Review by C.J. Bunce

This week the Wizards of the Coast roleplaying game team introduces a third way to enter its family friendly world of Dungeons & Dragons roleplaying fun in a card game format with Dungeon Mayhem: Monster Madness Along with the barbarian Sutha the Skullcrusher, the wizard Azzan the Mystic, the paladin Lia the Radiant, and the rogue Oriax the Clever from 2018’s Dungeon Mayhem base card game, and ranger Minsc with his miniature-giant space hamster, Boo, and the shapeshifting druid Jaheira from the Battle for Baldur’s Gate expansion pack, players now have six new monsters to add to the mix, and a stylized deluxe box that allows for all 12 character card decks to be housed in one place and played as a single game for up to six players.

In Dungeon Mayhem: Monster Madness, you play as one of six D&D monsters, each with their own way to charm, crush, disintegrate, and devour their foes.  They include the beholder Delilah Deathray, the mind flayer Dr. Tentaculous, Blorp the gelatinous cube, the killer lounge chair mimic Mimi Lechaise, the red dragon Lord Cinderpuff, and the owlbear Hoots McGoots.  Select a character from the core deck and one from the six monsters or combine decks from any past edition you have–each player chooses a character and corresponding deck of cards and all prepare for mayhem.

If you enjoyed the previously released six characters, you’re going to love mixing them up with the new six.  Their personalities are smartly coordinated with their individual powers, and players will soon find their own favorites.  Kids of all ages will love attacks like crushing hugs from an owlbear, or defending an attack from a rogue using “all the daggers.”  Whether prompted by an evil sneer from a wizard or an eviler sneer from a dragon, everyone will have fun with the now complete set of Dungeon Mayhem characters.

Players proceed via simple rules to draw, play, and/or discard hands as they battle each other, giving hits to their opponents while trying to minimize their own damage.  Each character deck is unique, with attack cards, healing cards, and further action cards shuffled in.  The last character standing wins–after all other characters have received 10 hit points.  If you change characters each game, you’ll likely find you’d need to play far more than 100 games before finding any overlap (and it has a low likelihood of getting “stale”).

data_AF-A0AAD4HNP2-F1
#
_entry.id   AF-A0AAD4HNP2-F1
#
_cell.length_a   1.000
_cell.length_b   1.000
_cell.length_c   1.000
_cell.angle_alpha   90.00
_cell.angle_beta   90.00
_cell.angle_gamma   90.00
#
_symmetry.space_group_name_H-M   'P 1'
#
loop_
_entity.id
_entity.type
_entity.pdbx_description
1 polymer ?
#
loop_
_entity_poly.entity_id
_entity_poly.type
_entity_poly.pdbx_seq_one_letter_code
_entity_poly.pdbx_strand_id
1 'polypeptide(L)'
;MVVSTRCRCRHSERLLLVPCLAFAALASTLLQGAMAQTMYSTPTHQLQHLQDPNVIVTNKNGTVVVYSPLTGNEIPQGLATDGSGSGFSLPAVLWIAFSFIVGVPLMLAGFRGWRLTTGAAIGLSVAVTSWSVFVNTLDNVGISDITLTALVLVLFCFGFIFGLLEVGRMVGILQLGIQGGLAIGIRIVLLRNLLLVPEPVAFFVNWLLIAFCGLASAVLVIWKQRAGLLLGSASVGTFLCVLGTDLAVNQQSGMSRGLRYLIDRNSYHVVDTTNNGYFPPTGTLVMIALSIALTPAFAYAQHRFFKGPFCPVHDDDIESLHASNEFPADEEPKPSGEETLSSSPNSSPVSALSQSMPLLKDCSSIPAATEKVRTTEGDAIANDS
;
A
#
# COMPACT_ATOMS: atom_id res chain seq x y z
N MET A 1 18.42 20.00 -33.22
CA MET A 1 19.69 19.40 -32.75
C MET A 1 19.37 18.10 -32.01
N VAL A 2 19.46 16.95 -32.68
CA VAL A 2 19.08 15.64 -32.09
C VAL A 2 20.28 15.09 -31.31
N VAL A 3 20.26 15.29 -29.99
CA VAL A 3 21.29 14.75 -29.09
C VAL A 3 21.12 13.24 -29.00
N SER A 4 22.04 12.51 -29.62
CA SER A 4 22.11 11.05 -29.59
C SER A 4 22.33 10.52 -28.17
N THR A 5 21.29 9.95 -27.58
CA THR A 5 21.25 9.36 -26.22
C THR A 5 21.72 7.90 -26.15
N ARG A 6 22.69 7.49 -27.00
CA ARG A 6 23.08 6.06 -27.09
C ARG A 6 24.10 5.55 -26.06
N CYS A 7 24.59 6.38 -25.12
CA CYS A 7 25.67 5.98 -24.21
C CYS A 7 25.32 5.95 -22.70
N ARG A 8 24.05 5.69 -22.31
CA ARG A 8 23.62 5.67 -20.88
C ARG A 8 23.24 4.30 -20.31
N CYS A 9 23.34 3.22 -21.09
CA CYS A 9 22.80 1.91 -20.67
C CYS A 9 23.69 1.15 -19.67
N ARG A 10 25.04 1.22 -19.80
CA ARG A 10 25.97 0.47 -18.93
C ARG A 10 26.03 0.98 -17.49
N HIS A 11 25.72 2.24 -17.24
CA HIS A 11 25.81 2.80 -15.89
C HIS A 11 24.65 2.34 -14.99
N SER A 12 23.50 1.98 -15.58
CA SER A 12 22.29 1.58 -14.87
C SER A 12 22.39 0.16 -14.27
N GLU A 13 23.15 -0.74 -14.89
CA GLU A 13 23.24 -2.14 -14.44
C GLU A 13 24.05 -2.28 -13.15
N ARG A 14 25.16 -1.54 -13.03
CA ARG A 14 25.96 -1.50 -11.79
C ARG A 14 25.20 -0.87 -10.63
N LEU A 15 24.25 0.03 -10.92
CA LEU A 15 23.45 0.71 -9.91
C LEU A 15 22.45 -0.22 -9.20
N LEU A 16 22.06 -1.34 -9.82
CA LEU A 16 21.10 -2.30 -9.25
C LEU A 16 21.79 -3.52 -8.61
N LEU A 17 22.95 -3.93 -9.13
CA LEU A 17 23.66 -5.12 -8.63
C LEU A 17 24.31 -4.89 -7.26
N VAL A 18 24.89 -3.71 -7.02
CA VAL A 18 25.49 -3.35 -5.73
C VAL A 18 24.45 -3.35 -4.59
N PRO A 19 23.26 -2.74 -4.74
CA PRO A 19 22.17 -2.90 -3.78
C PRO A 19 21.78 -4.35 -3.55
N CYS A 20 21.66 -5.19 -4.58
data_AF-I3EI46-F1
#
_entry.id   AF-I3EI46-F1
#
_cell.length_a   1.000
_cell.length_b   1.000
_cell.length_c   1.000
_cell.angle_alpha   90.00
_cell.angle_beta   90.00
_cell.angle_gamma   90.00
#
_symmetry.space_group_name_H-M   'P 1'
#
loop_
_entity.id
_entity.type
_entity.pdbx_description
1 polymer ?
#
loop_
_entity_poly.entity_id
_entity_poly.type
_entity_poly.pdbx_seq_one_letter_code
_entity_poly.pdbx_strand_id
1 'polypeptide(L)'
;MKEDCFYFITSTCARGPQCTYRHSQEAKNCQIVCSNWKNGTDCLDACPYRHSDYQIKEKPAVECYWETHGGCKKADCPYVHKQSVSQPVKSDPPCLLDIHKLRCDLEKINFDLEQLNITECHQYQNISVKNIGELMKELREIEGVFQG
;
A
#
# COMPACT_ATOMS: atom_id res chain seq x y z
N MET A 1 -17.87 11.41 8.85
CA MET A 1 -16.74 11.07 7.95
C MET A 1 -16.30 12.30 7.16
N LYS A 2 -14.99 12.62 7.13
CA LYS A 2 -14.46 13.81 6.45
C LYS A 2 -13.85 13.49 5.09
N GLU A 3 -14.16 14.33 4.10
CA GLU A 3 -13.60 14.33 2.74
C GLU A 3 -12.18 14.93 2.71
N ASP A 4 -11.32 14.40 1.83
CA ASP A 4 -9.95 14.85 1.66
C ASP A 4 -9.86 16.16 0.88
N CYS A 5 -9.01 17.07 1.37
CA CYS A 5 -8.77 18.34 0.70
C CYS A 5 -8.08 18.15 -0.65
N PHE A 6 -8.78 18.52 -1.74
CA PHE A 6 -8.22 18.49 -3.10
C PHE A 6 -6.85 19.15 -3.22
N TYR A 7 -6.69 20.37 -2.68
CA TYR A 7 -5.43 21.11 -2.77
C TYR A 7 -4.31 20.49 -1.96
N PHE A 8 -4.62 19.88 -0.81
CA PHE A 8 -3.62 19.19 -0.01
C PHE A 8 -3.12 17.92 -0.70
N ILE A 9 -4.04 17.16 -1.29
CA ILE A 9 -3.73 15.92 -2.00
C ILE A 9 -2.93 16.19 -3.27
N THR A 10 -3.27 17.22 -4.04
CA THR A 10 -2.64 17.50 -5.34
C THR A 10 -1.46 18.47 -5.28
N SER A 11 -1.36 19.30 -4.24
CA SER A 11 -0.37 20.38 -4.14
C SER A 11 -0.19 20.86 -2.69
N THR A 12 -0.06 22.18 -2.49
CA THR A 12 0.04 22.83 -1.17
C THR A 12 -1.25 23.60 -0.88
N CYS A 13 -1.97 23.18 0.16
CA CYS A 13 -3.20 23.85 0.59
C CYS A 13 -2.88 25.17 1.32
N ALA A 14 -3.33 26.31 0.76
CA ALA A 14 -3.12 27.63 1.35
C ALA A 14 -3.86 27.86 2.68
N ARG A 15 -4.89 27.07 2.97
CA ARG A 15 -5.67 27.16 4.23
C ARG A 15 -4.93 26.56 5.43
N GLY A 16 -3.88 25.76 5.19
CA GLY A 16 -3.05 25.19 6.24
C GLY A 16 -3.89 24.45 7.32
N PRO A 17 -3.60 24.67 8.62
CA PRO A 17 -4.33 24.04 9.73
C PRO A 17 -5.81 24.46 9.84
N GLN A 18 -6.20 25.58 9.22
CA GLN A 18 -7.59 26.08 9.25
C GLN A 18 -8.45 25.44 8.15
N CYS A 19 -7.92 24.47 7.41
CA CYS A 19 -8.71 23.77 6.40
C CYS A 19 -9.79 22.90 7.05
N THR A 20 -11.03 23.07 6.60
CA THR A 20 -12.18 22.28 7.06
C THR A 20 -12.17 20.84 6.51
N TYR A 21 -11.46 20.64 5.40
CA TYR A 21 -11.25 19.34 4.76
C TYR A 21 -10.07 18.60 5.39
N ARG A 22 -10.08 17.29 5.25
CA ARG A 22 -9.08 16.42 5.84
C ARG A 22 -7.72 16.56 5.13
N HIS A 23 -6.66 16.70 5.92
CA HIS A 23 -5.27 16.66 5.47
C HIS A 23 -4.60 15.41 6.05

The attacks are the equivalent of draw two or draw four cards in the popular card game UNO.  It’s also just as simple to play as UNO, with the benefit of character personality and unique actions to bring a fresh approach to each game dealt.

Design-wise, the box allows you to carry all 12 decks easily in a nice file drawer-inspired box, with all twelve character dividers (including the six characters found only in the earlier sets).  Just stow your other deck boxes elsewhere.  It also includes a box for storing tokens.  As with other zany fantasy card games, expect good, goofy fun with cleverly written cards and bright, good-humored character artwork.  You’ll probably find the rules even easier than comparable fantasy card deck games (we found it quicker to learn and more fun to play than the similar concept game Munchkin).

Card illustrator Cam Kendall joins Jake Parker (Missile Mouse, Mouse Guard) and Kyle Ferrin, artists on the prior decks, with similar cartoon fantasy antics.  A quick how-to summary of the rules can be found on YouTube here at the Geek & Sundry page.

Good fun for kids of all ages and recommended for 8 and older, Dungeons & Dragons Dungeon Mayhem: Monster Madness is now available for the first time this week here at Amazon (also available in game shops).  And don’t forget the Dungeon Mayhem base core deck set, available here, and the supplemental Battle for Baldur’s Gate expansion pack, available here.